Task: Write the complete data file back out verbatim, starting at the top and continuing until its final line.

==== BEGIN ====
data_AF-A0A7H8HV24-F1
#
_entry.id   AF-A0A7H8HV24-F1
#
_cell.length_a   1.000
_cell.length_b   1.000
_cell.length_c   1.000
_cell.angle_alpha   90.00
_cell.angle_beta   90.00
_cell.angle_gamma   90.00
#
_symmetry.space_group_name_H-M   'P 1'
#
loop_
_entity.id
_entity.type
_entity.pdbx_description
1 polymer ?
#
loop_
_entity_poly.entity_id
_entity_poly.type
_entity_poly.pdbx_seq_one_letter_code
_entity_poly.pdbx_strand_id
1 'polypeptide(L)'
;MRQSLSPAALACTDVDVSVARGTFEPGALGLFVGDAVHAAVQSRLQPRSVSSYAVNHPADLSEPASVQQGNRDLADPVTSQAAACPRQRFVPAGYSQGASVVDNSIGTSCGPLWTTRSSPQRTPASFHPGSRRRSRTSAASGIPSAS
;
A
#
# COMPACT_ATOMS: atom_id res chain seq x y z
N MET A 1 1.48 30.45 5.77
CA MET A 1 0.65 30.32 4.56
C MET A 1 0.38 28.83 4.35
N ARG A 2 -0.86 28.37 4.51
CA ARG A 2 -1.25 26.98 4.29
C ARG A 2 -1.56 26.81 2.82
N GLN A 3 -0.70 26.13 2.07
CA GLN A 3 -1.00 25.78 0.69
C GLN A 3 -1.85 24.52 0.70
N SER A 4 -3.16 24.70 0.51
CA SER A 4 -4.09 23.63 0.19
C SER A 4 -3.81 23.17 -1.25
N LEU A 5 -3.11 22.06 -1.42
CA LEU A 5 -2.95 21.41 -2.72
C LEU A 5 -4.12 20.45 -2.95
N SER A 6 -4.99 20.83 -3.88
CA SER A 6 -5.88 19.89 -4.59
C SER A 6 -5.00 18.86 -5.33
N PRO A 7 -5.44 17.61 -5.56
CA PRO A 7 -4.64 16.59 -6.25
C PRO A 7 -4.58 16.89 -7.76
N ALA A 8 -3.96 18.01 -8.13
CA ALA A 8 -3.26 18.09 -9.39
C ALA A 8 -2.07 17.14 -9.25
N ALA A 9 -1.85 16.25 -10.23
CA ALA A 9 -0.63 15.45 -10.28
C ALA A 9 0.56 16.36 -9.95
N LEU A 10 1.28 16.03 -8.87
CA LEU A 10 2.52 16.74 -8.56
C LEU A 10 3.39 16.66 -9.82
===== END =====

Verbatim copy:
data_AF-A0A7H8HV24-F1
#
_entry.id   AF-A0A7H8HV24-F1
#
_cell.length_a   1.000
_cell.length_b   1.000
_cell.length_c   1.000
_cell.angle_alpha   90.00
_cell.angle_beta   90.00
_cell.angle_gamma   90.00
#
_symmetry.space_group_name_H-M   'P 1'
#
loop_
_entity.id
_entity.type
_entity.pdbx_description
1 polymer ?
#
loop_
_entity_poly.entity_id
_entity_poly.type
_entity_poly.pdbx_seq_one_letter_code
_entity_poly.pdbx_strand_id
1 'polypeptide(L)'
;MRQSLSPAALACTDVDVSVARGTFEPGALGLFVGDAVHAAVQSRLQPRSVSSYAVNHPADLSEPASVQQGNRDLADPVTSQAAACPRQRFVPAGYSQGASVVDNSIGTSCGPLWTTRSSPQRTPASFHPGSRRRSRTSAASGIPSAS
;
A
#
# COMPACT_ATOMS: atom_id res chain seq x y z
N MET A 1 1.48 30.45 5.77
CA MET A 1 0.65 30.32 4.56
C MET A 1 0.38 28.83 4.35
N ARG A 2 -0.86 28.37 4.51
CA ARG A 2 -1.25 26.98 4.29
C ARG A 2 -1.56 26.81 2.82
N GLN A 3 -0.70 26.13 2.07
CA GLN A 3 -1.00 25.78 0.69
C GLN A 3 -1.85 24.52 0.70
N SER A 4 -3.16 24.70 0.51
CA SER A 4 -4.09 23.63 0.19
C SER A 4 -3.81 23.17 -1.25
N LEU A 5 -3.11 22.06 -1.42
CA LEU A 5 -2.95 21.41 -2.72
C LEU A 5 -4.12 20.45 -2.95
N SER A 6 -4.99 20.83 -3.88
CA SER A 6 -5.88 19.89 -4.59
C SER A 6 -5.00 18.86 -5.33
N PRO A 7 -5.44 17.61 -5.56
CA PRO A 7 -4.64 16.59 -6.25
C PRO A 7 -4.58 16.89 -7.76
N ALA A 8 -3.96 18.01 -8.13
CA ALA A 8 -3.26 18.09 -9.39
C ALA A 8 -2.07 17.14 -9.25
N ALA A 9 -1.85 16.25 -10.23
CA ALA A 9 -0.63 15.45 -10.28
C ALA A 9 0.56 16.36 -9.95
N LEU A 10 1.28 16.03 -8.87
CA LEU A 10 2.52 16.74 -8.56
C LEU A 10 3.39 16.66 -9.82